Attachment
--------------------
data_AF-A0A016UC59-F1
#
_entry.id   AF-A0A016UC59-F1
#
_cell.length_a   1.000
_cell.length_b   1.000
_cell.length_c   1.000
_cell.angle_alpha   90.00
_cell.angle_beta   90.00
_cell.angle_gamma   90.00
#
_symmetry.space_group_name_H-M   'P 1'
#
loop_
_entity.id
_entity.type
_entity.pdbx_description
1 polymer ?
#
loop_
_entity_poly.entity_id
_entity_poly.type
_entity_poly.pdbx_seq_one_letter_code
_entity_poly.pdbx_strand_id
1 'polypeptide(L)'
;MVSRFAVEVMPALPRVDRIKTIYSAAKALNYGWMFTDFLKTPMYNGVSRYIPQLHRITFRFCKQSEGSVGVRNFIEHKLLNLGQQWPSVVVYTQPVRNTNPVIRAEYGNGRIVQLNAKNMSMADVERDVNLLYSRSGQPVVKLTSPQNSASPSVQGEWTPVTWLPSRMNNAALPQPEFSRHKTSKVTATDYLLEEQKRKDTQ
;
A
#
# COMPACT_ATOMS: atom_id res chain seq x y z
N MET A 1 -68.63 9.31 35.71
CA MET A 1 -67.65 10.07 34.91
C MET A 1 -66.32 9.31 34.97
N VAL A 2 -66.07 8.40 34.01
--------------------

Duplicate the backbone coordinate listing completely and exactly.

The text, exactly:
data_AF-A0A016UC59-F1
#
_entry.id   AF-A0A016UC59-F1
#
_cell.length_a   1.000
_cell.length_b   1.000
_cell.length_c   1.000
_cell.angle_alpha   90.00
_cell.angle_beta   90.00
_cell.angle_gamma   90.00
#
_symmetry.space_group_name_H-M   'P 1'
#
loop_
_entity.id
_entity.type
_entity.pdbx_description
1 polymer ?
#
loop_
_entity_poly.entity_id
_entity_poly.type
_entity_poly.pdbx_seq_one_letter_code
_entity_poly.pdbx_strand_id
1 'polypeptide(L)'
;MVSRFAVEVMPALPRVDRIKTIYSAAKALNYGWMFTDFLKTPMYNGVSRYIPQLHRITFRFCKQSEGSVGVRNFIEHKLLNLGQQWPSVVVYTQPVRNTNPVIRAEYGNGRIVQLNAKNMSMADVERDVNLLYSRSGQPVVKLTSPQNSASPSVQGEWTPVTWLPSRMNNAALPQPEFSRHKTSKVTATDYLLEEQKRKDTQ
;
A
#
# COMPACT_ATOMS: atom_id res chain seq x y z
N MET A 1 -68.63 9.31 35.71
CA MET A 1 -67.65 10.07 34.91
C MET A 1 -66.32 9.31 34.97
N VAL A 2 -66.07 8.40 34.01